Story at a glance:

  • Snøhetta and Stantec designed the Charles Library so natural light reaches 90% of its occupied areas.
  • The Austin Central Library achieved LEED Platinum in 2018 after its completion in 2017.
  • William Rawn Associates renovated the 1895 Boston Public Library with LED lights, low-flow plumbing, and more.

Every book you can imagine, access to endless information, community services—what do you think of when you think of a library today? What about green libraries?

Modern libraries are so much more than places to check out books, though they’re certainly that, too, and we’re grateful. But some of the best libraries are also community spaces, acting as hubs for cultural programming, education, children services, and more.

As anchors in their cities, libraries new and old should also be built to last. We’ve come to depend on these institutions all over the world, and architects have told us it’s become increasingly important that the design of these buildings be sustainable.

But what is a green library exactly?

According to the International Federation of Library Associations, green libraries are “designed to minimize negative impact on the natural environment and maximize indoor environmental quality by means of careful site selection, use of natural construction materials and biodegradable products, conservation of resources, and responsible waste disposal,” and that’s just to begin with.

We think the best libraries should also stand the test of time, built with sustainable building materials that are durable.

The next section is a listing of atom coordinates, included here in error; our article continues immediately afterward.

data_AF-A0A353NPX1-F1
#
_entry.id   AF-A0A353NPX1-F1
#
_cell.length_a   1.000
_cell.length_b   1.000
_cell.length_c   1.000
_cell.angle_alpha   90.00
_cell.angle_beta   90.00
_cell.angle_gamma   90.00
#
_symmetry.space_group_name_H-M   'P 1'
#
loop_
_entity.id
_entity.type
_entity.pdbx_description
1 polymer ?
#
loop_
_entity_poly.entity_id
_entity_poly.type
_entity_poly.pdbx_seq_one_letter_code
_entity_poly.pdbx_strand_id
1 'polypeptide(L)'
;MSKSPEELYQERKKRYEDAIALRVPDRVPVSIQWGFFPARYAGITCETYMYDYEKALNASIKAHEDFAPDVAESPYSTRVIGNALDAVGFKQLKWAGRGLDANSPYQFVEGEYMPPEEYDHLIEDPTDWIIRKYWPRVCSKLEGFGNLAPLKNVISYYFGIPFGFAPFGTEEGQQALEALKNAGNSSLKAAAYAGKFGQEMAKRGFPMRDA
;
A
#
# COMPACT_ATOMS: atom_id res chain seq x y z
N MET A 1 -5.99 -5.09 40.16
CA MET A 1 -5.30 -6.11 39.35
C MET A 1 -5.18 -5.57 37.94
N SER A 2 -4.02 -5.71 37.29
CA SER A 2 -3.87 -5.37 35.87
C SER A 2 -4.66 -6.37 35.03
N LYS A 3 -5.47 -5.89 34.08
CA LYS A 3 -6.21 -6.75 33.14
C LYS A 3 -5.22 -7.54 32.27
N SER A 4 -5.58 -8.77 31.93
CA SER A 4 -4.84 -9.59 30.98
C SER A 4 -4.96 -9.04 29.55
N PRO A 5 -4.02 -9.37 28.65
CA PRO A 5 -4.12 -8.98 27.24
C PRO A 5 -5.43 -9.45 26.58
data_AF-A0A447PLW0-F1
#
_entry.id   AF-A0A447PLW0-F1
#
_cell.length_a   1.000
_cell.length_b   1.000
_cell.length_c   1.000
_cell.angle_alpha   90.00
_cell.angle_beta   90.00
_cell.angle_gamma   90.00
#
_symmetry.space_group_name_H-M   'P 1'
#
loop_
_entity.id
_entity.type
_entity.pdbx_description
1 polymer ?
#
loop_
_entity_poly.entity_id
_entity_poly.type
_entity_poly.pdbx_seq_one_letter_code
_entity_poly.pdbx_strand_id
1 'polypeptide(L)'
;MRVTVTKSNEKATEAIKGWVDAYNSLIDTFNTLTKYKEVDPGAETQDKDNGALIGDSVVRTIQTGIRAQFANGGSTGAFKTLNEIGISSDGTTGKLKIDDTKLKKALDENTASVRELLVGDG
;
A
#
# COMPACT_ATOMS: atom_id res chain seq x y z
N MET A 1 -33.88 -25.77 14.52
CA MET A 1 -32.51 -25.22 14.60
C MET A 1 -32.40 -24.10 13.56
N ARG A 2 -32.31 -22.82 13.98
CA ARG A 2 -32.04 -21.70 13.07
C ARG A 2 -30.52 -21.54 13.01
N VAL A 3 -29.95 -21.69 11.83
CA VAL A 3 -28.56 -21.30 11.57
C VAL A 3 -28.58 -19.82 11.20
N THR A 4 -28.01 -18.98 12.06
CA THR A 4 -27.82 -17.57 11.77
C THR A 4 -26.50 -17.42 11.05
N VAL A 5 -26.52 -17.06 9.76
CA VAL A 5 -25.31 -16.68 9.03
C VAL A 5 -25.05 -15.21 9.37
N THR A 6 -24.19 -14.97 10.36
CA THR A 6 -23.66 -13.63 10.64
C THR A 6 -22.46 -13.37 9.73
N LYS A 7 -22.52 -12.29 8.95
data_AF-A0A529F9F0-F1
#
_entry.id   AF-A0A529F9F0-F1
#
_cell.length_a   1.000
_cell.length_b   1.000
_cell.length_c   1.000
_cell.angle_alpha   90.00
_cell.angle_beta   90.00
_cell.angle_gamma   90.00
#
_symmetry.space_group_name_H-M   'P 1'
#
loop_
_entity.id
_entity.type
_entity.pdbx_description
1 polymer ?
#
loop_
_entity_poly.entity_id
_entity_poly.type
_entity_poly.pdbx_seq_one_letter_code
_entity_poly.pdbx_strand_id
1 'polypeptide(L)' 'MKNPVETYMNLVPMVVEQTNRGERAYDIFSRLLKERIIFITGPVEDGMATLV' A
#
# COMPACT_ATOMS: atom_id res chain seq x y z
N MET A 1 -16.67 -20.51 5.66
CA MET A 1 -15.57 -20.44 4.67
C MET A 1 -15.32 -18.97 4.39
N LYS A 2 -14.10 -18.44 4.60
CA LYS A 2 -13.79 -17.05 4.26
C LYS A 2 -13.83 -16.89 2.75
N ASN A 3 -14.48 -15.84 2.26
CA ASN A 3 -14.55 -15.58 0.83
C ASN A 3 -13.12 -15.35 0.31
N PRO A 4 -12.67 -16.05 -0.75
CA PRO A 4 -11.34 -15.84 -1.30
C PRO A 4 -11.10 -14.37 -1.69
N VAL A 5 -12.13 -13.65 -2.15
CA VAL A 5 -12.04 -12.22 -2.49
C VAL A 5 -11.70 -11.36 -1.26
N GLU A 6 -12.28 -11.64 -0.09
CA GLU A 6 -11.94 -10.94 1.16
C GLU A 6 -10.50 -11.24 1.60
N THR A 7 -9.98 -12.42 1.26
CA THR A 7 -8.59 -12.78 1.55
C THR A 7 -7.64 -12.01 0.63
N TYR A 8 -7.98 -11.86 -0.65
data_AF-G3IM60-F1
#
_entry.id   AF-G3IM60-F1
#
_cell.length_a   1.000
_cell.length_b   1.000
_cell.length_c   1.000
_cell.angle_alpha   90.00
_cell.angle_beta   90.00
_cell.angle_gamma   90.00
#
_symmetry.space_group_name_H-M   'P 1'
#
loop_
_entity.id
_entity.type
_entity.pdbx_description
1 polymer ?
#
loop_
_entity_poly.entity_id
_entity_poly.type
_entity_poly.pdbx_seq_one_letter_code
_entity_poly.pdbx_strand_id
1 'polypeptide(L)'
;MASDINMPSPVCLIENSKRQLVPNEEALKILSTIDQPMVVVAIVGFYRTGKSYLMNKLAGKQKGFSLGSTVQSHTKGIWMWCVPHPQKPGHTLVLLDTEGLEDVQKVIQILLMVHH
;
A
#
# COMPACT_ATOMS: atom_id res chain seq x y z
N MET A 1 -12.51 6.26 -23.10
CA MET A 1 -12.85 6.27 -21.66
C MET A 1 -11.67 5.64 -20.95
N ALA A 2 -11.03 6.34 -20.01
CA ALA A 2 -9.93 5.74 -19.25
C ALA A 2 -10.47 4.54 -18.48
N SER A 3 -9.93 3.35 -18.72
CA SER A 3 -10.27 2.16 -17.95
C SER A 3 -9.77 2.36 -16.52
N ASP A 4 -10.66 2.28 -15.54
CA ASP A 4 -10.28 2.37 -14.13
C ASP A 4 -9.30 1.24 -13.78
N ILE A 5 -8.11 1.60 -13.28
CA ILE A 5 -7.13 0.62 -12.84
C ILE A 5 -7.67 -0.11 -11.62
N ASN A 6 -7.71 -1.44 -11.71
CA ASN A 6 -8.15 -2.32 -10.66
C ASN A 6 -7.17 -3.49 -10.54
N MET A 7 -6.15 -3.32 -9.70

Some of our favorite green libraries also incorporate clever daylighting solutions, have multiple methods of bringing the community together, incorporate energy-efficient HVAC, and more. These are some of our favorite standout green libraries.

1. Temple University’s Charles Library

green libraries temple university

Temple University’s Charles Library. Photo by Michael Grimm

Snøhetta and Stantec designed Temple University’s new Charles Library, completed in August 2019, with an impressive green roof and expansive atrium lobby, all set on a textured granite base.

The four-story, 220,000-square-foot library has natural light in 90% of its occupied areas, reducing the amount of artificial light required.

“Snøhetta was looking for large glazed windows to increase the transparency of looking into the building. The side benefit of that is that we’re bringing in natural light to 90% of the occupied areas,” Scott Sullivan, principal architect at Stantec, told gb&d.

“All of our lighting inside the building has either a combination of photoelectric sensing or occupancy sensing. If it’s a nice sunny day, the lights won’t turn on. If it’s a cloudy day or night, the lights will then turn on based on occupancy or darkness levels.”

2. Austin Central Library

austin sunroom

The LEED Platinum Austin Central Library emphasizes daylighting. Photo courtesy of Lake|Flato

Daylighting is also emphasized at the LEED Platinum Austin Central Library, designed by Lake|Flato and Shepley Bulfinch.

The 198,000-square-foot facility has a six-story atrium at its core that provides daylight to more than 80% of the library’s regularly occupied spaces.

“The presence of daylight makes people feel happy and more productive. It makes people want to be there,” David Lake, principal in charge for Lake|Flato, told gb&d.

Before ever breaking ground the architects made models to explore light in the space.

“We took the models outside and tried all different configurations. We wanted to harvest the light evenly around the building without glare but still have a library that could be flexible in the future,” Lake says. “It was our biggest challenge.”

3. Boston Public Library

Boston Public Library Interior

Boston Public Library. Photo by Robert Benson Photography

Beyond natural light, of which there is also plenty in this renovation, you’ll find a beautiful 1895 building with surprisingly modern amenities and sustainable design, thanks to William Rawn Associates.